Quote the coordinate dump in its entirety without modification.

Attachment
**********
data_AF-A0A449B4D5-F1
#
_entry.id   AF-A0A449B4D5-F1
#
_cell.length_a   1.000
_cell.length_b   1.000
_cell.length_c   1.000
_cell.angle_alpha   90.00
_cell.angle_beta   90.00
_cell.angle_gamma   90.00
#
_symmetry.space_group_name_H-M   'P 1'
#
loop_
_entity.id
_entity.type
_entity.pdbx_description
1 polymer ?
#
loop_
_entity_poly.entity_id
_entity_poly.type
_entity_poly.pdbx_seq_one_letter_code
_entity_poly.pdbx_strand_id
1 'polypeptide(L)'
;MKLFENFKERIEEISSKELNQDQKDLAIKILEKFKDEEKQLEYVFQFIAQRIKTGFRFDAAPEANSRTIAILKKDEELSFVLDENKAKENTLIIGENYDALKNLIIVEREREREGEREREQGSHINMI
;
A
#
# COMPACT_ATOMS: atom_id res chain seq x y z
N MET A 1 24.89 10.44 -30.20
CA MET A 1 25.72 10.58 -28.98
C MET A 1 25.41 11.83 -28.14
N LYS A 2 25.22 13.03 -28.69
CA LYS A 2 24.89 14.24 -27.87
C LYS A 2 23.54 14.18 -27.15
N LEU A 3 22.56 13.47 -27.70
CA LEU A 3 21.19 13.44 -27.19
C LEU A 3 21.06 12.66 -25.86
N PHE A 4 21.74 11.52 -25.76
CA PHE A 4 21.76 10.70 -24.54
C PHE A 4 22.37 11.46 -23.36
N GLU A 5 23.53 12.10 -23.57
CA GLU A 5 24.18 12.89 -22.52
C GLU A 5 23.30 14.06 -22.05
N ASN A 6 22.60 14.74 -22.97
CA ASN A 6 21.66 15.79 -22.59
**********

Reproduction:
data_AF-A0A449B4D5-F1
#
_entry.id   AF-A0A449B4D5-F1
#
_cell.length_a   1.000
_cell.length_b   1.000
_cell.length_c   1.000
_cell.angle_alpha   90.00
_cell.angle_beta   90.00
_cell.angle_gamma   90.00
#
_symmetry.space_group_name_H-M   'P 1'
#
loop_
_entity.id
_entity.type
_entity.pdbx_description
1 polymer ?
#
loop_
_entity_poly.entity_id
_entity_poly.type
_entity_poly.pdbx_seq_one_letter_code
_entity_poly.pdbx_strand_id
1 'polypeptide(L)'
;MKLFENFKERIEEISSKELNQDQKDLAIKILEKFKDEEKQLEYVFQFIAQRIKTGFRFDAAPEANSRTIAILKKDEELSFVLDENKAKENTLIIGENYDALKNLIIVEREREREGEREREQGSHINMI
;
A
#
# COMPACT_ATOMS: atom_id res chain seq x y z
N MET A 1 24.89 10.44 -30.20
CA MET A 1 25.72 10.58 -28.98
C MET A 1 25.41 11.83 -28.14
N LYS A 2 25.22 13.03 -28.69
CA LYS A 2 24.89 14.24 -27.87
C LYS A 2 23.54 14.18 -27.15
N LEU A 3 22.56 13.47 -27.70
CA LEU A 3 21.19 13.44 -27.19
C LEU A 3 21.06 12.66 -25.86
N PHE A 4 21.74 11.52 -25.76
CA PHE A 4 21.76 10.70 -24.54
C PHE A 4 22.37 11.46 -23.36
N GLU A 5 23.53 12.10 -23.57
CA GLU A 5 24.18 12.89 -22.52
C GLU A 5 23.30 14.06 -22.05
N ASN A 6 22.60 14.74 -22.97
CA ASN A 6 21.66 15.79 -22.59